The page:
Dialogue According to Brown: Closed-Mindedness
In his latest column, "Dialogue and Taboo" [The Dartmouth, November 3], Scott Brown writes, "When we debate, we tend to waste valuable intellectual energy proving the other person wrong, rather than promoting our point of view." I suppose he is being critical of a captious person like me. To refresh the readers' memory, I wrote a column last week that debunked the opinions favoring government intervention to overcome income inequality in the U.S. -- but without advancing my own solution.
Brown's implicit accusation is perplexing, since he either did not read my column or failed to comprehend its gist -- which was that we have only a "mediocre grasp" of the causes of the current income inequality. I further argued that without a firm knowledge of the mechanism of income distribution, any government intervention to overcome this trend will ineluctably be misguided. If he had grasped this point, he could not have possibly made the above remark, for he would have seen that the complexity of certain issues allows even the most perceptive person to discern only what is wrong with certain opinions cast about those issues, but not necessarily to identify what is right.
In fact, I would prefer that people err on the side of being too harsh in their attacks of faulty opinions. In today's America, where liberalism is out of control, it is more often the case that people do not ground their beliefs in any empirical evidence or theory -- thinking that all opinions are equally valuable -- rather than that people become excessively critical of one another. The debate on income inequality in the pages of The Dartmouth, most of which has been fueled by opinions without a rigorous economics backbone, illustrate this point.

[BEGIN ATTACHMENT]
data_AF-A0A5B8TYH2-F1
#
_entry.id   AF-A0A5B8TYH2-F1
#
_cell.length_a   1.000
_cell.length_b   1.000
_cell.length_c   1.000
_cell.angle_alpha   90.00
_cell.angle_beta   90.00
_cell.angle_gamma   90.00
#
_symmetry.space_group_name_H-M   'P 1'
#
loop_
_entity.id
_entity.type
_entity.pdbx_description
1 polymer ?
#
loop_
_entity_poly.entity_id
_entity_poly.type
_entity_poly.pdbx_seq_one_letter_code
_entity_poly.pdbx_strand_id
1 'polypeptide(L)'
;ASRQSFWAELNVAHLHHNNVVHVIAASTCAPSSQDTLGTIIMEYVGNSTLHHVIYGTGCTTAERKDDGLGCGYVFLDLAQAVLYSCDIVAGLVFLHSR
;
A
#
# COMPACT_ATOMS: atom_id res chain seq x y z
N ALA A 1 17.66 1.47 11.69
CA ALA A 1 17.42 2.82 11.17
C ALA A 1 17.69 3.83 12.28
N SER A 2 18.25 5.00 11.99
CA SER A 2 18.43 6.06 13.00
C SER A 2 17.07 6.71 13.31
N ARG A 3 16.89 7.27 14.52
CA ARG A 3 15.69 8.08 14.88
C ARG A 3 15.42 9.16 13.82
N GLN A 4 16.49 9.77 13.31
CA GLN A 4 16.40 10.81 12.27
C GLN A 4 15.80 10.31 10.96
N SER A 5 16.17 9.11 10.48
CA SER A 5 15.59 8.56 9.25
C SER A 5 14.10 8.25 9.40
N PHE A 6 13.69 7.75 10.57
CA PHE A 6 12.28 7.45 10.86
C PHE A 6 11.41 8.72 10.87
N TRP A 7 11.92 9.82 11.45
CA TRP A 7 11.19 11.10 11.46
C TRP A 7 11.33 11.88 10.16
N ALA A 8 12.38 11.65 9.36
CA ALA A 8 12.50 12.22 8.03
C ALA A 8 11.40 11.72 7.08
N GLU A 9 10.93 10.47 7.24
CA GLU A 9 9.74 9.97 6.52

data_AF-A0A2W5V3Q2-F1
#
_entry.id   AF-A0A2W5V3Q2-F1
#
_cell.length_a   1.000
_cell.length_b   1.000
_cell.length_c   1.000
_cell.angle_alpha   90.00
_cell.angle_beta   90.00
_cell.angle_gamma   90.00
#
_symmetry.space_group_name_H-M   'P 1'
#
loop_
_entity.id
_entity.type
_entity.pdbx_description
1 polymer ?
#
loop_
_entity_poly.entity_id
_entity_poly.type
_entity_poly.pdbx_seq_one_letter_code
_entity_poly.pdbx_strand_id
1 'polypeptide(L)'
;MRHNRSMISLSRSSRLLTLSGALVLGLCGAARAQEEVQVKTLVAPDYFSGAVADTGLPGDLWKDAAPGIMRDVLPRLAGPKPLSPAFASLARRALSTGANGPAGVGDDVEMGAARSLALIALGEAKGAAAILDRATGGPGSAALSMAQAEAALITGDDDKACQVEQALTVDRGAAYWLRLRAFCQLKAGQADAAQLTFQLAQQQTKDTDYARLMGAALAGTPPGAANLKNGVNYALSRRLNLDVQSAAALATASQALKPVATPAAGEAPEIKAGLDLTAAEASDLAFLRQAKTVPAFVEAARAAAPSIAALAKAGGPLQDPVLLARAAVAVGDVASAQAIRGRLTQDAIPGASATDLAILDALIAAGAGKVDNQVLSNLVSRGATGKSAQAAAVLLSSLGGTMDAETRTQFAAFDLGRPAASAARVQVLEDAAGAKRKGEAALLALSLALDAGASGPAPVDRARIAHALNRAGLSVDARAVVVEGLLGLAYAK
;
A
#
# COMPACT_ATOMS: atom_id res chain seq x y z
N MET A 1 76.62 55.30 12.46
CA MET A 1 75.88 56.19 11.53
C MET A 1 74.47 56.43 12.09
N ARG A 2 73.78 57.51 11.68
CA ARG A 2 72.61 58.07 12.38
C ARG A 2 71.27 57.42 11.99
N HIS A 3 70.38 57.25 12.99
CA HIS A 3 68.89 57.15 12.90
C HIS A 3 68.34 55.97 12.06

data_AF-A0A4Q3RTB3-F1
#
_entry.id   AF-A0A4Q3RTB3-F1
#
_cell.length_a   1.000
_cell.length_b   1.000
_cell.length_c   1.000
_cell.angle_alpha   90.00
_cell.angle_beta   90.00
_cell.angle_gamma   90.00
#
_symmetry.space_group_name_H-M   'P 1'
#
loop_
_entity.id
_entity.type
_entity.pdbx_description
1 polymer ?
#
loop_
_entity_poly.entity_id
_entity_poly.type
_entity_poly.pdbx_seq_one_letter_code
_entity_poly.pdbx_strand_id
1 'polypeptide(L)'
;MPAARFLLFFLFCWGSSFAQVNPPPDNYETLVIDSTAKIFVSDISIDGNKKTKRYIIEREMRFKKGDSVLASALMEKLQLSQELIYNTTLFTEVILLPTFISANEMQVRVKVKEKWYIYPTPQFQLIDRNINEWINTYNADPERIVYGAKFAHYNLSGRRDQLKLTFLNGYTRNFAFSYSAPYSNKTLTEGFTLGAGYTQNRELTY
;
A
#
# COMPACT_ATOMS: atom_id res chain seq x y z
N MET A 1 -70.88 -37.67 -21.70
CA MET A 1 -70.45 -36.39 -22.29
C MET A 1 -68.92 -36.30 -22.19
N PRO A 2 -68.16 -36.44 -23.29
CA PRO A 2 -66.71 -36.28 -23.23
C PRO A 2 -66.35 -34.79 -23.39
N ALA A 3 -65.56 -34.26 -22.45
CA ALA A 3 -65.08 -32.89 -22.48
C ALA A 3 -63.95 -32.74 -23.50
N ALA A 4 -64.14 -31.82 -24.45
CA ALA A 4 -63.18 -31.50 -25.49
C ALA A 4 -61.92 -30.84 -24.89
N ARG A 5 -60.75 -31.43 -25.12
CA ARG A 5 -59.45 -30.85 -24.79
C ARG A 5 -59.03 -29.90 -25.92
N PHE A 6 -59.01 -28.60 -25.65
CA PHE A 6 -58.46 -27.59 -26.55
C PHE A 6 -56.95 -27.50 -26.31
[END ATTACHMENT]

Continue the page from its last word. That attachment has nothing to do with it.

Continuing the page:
Humans' natural inclination is to be closed-minded; they are capable of rationalizing great evil, and only spirited debates by which people check one another can counteract this troublesome penchant. Look at the medical community in Nazi Germany, whose well-educated members vowed to serve humanity's welfare and simultaneously justified their horrendous experiments on Jews. The suppression of the voices of dissent undoubtedly allowed this contradictory practice to flourish for years.
To continue man's perennial search for justice, it is necessary that we relentlessly question even what we take for granted, for only then can we define the ideas that comprise our common morality and act accordingly, hopefully, without being misguided. Brown's arbitrary definition of "dialogue" -- which appears to emphasize promotion of ideas even at the expense of their counter-checks -- however, would discourage people from acknowledging ideas that are true but impalpable, because it gives an easy excuse to marginalize them as "provocative" or "disagreeable." After all, these adjectives have been frequently invoked to characterize philosophers and scientists as a justification for their persecution.
I fear that Brown, in fact, might have committed this error, because he seems not to understand Lapite's central point that equality is neither practically attainable nor ideal. This problem is manifested in his statement "We will make little progress as a nation in dealing with the divisions in our society unless we are willing and able to discuss and understand our differences" -- a statement that blatantly ignores Lapite's argument that such "divisions" do not need to be addressed since they are a "Force for Good." I sense strongly that Brown might have unconsciously treated Lapite's point as undeserving of attention, because of his deeply engraved biases in favor of democratic principles. If this is the case, it is unfortunate, as the subjective confrontation with democracy's philosophical foundation is, perhaps, the most important introspective undertaking that a democratic man must pursue today.
It is not that I endorse the degree of social hierarchy that Lapite sees as ideal. On the contrary, my humanistic moral sense -- however, irrational it may be -- compels me to seek out equality in any possible way. Nonetheless, because I love democracy, I find it an obligation to address its important critics like Plato, Mill, Nietzsche, and Strauss. For if I do not confront them, I would simply reduce myself to an equivalent of a pathetic Christian who never struggles to reconcile the contradictions of the supposed three traits of God: omniscience, benevolence, and omnipotence.
Brown concludes his essay by stressing the need to "engage in a civil manner with issues and people that might make us uncomfortable." If he is sincere about his open-mindedness, he should not cast aside Lapite's argument. Otherwise, he is simply replicating one of humans' most egregious acts -- which is hypocrisy.